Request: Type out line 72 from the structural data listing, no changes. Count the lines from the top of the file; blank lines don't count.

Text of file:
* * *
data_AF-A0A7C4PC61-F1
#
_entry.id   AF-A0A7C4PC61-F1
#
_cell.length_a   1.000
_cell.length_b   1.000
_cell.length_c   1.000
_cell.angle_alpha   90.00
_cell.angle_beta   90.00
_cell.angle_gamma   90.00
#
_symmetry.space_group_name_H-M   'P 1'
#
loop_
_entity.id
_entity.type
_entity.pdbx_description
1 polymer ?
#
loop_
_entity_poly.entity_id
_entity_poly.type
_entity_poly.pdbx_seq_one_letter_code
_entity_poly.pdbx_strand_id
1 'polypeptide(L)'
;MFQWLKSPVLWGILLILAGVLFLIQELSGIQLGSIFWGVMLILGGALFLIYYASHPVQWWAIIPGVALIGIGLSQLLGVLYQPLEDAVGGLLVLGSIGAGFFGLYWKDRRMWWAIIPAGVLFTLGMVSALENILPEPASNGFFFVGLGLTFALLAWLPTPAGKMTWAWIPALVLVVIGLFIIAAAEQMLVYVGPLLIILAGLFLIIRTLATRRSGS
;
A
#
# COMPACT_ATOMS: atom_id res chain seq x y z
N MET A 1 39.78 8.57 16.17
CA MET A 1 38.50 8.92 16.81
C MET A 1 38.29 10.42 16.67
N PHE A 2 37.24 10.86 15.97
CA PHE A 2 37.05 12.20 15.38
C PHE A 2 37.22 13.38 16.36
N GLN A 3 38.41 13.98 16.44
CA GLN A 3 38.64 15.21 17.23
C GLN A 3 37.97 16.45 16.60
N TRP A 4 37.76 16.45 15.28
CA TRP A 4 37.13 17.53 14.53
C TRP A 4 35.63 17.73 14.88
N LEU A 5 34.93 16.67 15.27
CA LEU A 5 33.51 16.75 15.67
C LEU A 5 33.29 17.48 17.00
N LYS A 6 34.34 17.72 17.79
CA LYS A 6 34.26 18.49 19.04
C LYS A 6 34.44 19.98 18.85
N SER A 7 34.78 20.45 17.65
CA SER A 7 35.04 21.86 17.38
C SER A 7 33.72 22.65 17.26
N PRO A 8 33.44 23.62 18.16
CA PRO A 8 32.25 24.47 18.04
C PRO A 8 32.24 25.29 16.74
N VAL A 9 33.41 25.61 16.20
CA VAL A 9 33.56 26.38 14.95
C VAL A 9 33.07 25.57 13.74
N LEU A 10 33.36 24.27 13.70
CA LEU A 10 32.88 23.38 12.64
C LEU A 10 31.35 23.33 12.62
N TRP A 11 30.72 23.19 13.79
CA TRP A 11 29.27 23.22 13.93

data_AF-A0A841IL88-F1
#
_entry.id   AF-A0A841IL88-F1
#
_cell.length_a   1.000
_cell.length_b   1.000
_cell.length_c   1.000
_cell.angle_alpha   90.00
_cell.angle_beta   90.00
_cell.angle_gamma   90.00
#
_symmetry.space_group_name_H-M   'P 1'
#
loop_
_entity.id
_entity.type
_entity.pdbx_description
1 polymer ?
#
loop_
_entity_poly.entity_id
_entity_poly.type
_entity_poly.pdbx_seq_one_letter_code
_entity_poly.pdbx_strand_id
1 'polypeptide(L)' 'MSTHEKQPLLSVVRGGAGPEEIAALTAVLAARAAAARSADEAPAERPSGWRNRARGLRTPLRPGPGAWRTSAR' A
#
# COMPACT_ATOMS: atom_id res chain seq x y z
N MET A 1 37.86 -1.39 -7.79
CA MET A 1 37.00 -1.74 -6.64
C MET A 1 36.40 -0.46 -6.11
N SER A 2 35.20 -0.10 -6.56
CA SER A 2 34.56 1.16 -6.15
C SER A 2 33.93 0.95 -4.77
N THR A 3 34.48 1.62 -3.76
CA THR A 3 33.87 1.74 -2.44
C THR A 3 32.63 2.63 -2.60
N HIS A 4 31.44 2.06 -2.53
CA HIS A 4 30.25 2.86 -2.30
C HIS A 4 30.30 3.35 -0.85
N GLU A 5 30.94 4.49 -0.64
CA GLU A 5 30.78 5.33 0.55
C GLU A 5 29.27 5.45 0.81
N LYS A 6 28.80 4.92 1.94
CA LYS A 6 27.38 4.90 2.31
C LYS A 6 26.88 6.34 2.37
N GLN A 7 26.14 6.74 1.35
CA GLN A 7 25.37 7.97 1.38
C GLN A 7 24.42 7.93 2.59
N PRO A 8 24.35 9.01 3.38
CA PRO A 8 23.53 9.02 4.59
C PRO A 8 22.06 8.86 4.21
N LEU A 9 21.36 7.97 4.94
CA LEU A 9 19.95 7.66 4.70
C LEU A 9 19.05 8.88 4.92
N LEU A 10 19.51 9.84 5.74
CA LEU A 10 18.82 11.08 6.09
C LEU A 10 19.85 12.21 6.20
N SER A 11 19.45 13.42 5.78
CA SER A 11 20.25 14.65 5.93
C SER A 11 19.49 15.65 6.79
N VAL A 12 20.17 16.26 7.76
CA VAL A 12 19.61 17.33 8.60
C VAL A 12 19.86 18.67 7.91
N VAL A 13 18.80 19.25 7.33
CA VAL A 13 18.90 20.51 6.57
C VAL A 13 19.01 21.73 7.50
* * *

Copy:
_cell.angle_gamma   90.00